My dad flew out to Bangladesh a week earlier than us to prepare the family house for my brother and me for our first ever visit. We set off from Yorkshire with my auntie, his only sister.

At Dhaka airport we joined the back of a long queue. Two hours queueing saw us move 10 yards. An official came forward and fast-tracked us into the country.

Such help comes, like most things in Bangladesh, at a price. The 10 note we proffered was thrust back with disdain. The 20 was more acceptable.

An eight-hour delay in Dhaka saw our connecting flight touch down in Sylhet. This is the region where the majority of the Bangladeshis in Britain – and my father – come from.

Shortly after 11pm on December 2 last year, I hugged my father as we arrived. It was a hug between two men who had not shown such affection in over a decade. Awkward.

"This is your uncle," my father told us four separate times when we asked about the men with him at Sylhet airport, a terminal less sophisticated than Bradford Interchange circa 1985.

"These roads are perfect compared to where we're going," Abagee shouted back to us from the front of the minibus as it swerved to avoid yet another goat in the road on the way to my dad's village. "In 10 minutes you'll see proper poverty."

We headed out of Sylhet town, a place I would visit several times over the coming few weeks and like less with each trip.

We travelled 50 minutes, took a right, travelled 50 minutes more and took another right. The blackness outside the windows restricted our first glimpse of Bangladesh. After almost a couple of hours of bouncing in the back of the cab, with the roads becoming gradually narrower and more potholed, we took another right, met a bridge and almost didn't make it to the top. We learned later this was for a good reason. It was built to be virtually unpassable in order to protect the village on the other side, my father's village. Lurching down the other side of the bridge, the chassis of the vehicle scraped along the ground. We turned left and were welcomed by a jungle.

Trying to explain our arrival to friends since returning to Yorkshire has proved impossible. I'll try again now.

There were trees everywhere. A narrow path had been cleared, just a little smaller than the width of our minibus taxi. As it took a left deeper into the jungle, it stuck fast between two trees. We climbed out and stepped on to that mud track, which led directly into the village. I want to tell you it was a moment of revelation. I'd like to tell you I cried, felt a sense of connection. I want to write that a powerful force ran through my body into the earth beneath my feet. I want to say I'd arrived home and I'd waited 30 years for this moment.

How did I actually feel? Knackered. Confused. A cacophony of voices speaking an unfamiliar tongue filled the air. Someone took our bags out of the minibus. A strange bearded man tried to take my rucksack containing my important documents, money and passport. I held on fiercely. Later I was filled with shame when I learnt he was my Mukhit Sarsar (uncle Mukhit). He had grown up in my father's house, and his smile was to greet me each morning I stepped out into the village. He spent a week's wage on the breakfast his family cooked for me, my brother and father later that week. The moment of revelation I was looking for would come a few days later.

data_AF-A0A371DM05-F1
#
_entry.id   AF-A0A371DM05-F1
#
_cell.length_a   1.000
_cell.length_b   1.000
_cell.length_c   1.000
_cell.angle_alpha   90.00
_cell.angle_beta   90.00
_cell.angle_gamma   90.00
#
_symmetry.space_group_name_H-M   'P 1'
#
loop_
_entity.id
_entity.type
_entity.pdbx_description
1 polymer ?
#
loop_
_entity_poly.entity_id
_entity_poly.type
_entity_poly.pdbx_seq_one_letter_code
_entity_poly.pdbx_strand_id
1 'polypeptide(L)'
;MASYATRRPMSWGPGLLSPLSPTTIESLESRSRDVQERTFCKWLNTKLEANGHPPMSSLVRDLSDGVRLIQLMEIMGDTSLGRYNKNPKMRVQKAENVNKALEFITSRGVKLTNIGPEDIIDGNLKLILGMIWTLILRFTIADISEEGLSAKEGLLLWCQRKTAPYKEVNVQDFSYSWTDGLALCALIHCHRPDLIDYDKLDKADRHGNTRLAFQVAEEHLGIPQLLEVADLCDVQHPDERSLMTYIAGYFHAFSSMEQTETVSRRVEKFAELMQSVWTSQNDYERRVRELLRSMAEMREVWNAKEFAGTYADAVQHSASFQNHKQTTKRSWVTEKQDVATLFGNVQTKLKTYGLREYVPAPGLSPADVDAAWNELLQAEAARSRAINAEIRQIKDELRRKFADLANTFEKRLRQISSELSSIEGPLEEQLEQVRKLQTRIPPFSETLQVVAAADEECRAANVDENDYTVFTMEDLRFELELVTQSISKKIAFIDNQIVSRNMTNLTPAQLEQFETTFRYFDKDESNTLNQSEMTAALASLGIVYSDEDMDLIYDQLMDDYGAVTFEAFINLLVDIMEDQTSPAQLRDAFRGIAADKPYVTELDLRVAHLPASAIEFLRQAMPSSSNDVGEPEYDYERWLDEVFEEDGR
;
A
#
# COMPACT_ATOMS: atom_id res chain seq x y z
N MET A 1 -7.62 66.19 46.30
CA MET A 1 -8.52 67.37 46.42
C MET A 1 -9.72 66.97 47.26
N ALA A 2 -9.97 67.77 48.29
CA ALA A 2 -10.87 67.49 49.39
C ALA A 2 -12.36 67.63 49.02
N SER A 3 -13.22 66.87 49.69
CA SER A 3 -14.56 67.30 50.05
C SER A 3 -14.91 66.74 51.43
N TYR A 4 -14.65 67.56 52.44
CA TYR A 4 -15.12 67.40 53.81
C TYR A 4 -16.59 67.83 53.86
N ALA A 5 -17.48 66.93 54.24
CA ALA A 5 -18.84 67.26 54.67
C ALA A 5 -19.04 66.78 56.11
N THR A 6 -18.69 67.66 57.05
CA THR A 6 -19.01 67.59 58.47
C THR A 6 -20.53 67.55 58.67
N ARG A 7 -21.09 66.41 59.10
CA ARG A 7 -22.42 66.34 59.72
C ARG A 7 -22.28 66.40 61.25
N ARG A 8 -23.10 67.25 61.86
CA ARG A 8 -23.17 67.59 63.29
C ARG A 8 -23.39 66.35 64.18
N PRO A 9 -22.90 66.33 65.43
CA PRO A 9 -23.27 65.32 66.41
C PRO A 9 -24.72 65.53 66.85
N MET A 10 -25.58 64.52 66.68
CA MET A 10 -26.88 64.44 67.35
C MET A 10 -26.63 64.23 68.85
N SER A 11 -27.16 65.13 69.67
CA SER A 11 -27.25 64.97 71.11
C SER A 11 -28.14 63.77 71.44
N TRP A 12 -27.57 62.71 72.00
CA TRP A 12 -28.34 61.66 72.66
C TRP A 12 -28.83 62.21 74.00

My grandfather died when I was a young boy. My grandmother is a fearsome, formidable woman who commands respect among her community in England. In Bangladesh she rules the village. Although she is a mother to two children of her own, she has acted as a mother to many in the village, raising a number of children in our family home.

All of this I know at second hand because my grandmother speaks no English and I no Bengali. I've never had a conversation with my grandmother. We've sat together and she always used to hug me whenever she saw me, pulling me close and sniffing my cheek, a sign of affection in Bangladeshi society. But I've never been able to tell her anything directly unless my auntie or father were on hand to translate.

When we finally arrived at the village in Bangladesh, my grandmother was also waiting. Although we don't share a language, we share enough. Words were unnecessary when I saw her face. I saw the way her eyes looked when she saw me, my brother and my father standing together in the house which my grandfather had built with his own hands and where my father had grown up.

The first night in that house was strange and confusing. We were given the grand tour. It is by far the grandest in the village – not only does it have an indoor toilet, it has an indoor version known in the village as a "London toilet". This means a porcelain bowl and a seat, as opposed to a hole in the ground. The house even has a shower.

It was also filled with the smell of petrol. The electricity in the village goes off at around 5pm and comes back on around 9pm and for the bit in the middle, a petrol generator takes over. When I arrived it sat in the corner of my father's bedroom.

That night, not for the last time during the trip, I sat in the front room watching strange faces watching me and speaking a language I didn't understand. It was exhausting.

I went to bed. The room where I slept was separated from my father's room by a wall that didn't meet the ceiling. Through the three-foot gap came petrol fumes that filled my room.

And still the epiphany refused to arrive.

Next: Nick Ahad comes to terms with his Yorkshire-Bangladesh heritage